You might not have heard of Bob Fosse, but you’ve almost certainly bumped into some of his sexually charged, athletic choreography.
Cabaret. Pippin. Sweet Charity. Although the words and music were written by others, Fosse’s dance brought shows to life “with a choreography that was in-your-face sinister and brassy,” writes Amy Henderson for Smithsonian.com. But it wasn’t just his choreography, according to the St. James Encyclopedia of Popular Culture: it was the way he brought dance to life on-screen as well as on the stage. Fosse, born on this day in 1927, helped shape modern musicals.
The award-winning filmmaker choreographed his first musical film in the 1950s, but his talents really came to the fore in the late 1960s and early ‘70s, the encyclopedia writes. It was then, during the sexual revolution, that his trademark style of dance–marked by blatant sexuality, and full of signature moves like the sideways shuffle, jazz hands (yes, those jazz hands) and turned-in knees–became a staple of a new kind of musical. He was known for the Fosse Amoeba, which incorporated several of these moves.
The dancer Fosse himself most admired was Fred Astaire, writes Henderson. Like Astaire, Fosse’s choreography looks simple–but it isn’t. “Bob Fosse’s choreography is known for being deceptively complex,” writes Lauren Wingenroth for Dance Magazine. “On the surface, it looks simple and minimalist, but it’s actually incredibly difficult to master all of his subtle nuances.”
Fosse was also a well-known stage choreographer. Among many other projects, he choreographed the 1975 musical Chicago and many of his moves were used for its more-successful 1996 revival, which remains the longest-running American musical on Broadway. The International Broadway Database describes the 1996 version's choreography as "in the style of Bob Fosse."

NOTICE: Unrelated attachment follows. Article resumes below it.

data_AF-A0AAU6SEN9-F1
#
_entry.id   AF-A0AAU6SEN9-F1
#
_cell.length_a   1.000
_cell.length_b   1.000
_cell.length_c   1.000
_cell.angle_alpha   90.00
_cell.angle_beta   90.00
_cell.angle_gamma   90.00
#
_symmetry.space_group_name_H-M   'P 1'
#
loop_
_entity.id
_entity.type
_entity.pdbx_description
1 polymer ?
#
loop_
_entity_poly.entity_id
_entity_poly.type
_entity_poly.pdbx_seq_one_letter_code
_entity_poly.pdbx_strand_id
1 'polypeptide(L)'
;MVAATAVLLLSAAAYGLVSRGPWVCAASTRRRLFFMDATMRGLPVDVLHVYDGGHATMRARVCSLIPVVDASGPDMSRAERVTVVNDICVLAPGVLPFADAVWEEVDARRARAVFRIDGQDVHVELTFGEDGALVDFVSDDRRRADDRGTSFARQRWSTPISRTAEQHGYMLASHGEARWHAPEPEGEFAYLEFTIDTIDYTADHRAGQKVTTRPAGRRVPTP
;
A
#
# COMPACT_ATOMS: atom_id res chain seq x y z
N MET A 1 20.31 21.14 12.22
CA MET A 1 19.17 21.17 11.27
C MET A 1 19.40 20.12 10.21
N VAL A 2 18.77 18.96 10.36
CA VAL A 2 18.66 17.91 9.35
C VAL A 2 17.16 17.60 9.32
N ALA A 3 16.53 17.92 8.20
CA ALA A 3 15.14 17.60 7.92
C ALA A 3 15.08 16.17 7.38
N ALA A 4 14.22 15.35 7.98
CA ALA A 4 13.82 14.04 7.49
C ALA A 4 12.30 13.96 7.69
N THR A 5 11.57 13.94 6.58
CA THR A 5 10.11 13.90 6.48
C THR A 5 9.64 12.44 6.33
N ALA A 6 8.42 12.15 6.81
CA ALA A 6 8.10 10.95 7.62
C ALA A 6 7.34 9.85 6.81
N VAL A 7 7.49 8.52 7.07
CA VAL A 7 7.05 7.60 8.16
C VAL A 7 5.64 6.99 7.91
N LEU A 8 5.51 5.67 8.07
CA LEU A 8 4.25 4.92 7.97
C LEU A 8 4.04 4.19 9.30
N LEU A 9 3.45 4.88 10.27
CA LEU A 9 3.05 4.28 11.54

He was originally set to direct and choreograph a film version of Chicago, as he had done with Cabaret and other musicals he turned into movies. But after Fosse died in 1987, nobody wanted to make a film version, writes Rick Lyman for The New York Times. Finally, first-time director Rob Marshall took on the Academy Award-winning 2002 film. Marshall, also an experienced choreographer, stated in interviews that he and his team "did not want the film to imitate Fosse's stage production, but wanted to retain its essence while opening it up and modernizing it," according to Turner Classic Movies. The film is dedicated to Fosse, among others.
In this number, the influence of vaudeville and Fosse-style moves is easy to see:
The roots of Fosse’s signature style were actually in burlesque. As a young teenager, writes Henderson, he had a tap act that he performed in burlesque houses.
He translated that style to the screen in ways that directly foreshadow modern musicals and music videos, writes Bruce Handy for Vanity Fair. “You could make a case that Fosse invented modern film grammar–the flashiness, the quick cutting, the atomization of scenes, the f---ing around with time,” he writes in an interview with Fosse biographer Sam Wasson.
Fosse’s ground-breaking use of these strategies showed “dance through the camera lens as no one had done before,” writes the pop culture encyclopedia, “foreshadowing the rise of the MTV-era of music video dance.” For all this, Fosse himself never directed a music video–though Michael Jackson courted him to choreograph Thriller. Jackson's style mirrored Fosse's in a number of ways.
Wasson thinks that Fosse’s sexy choreography was as much about the trauma of starting as dancer in a strip club as a thirteen-year-old kid as it was about anything else. “You think about almost any woman in a Fosse film–any woman is sex and scary,” he writes. “That’s what gives those numbers their power.”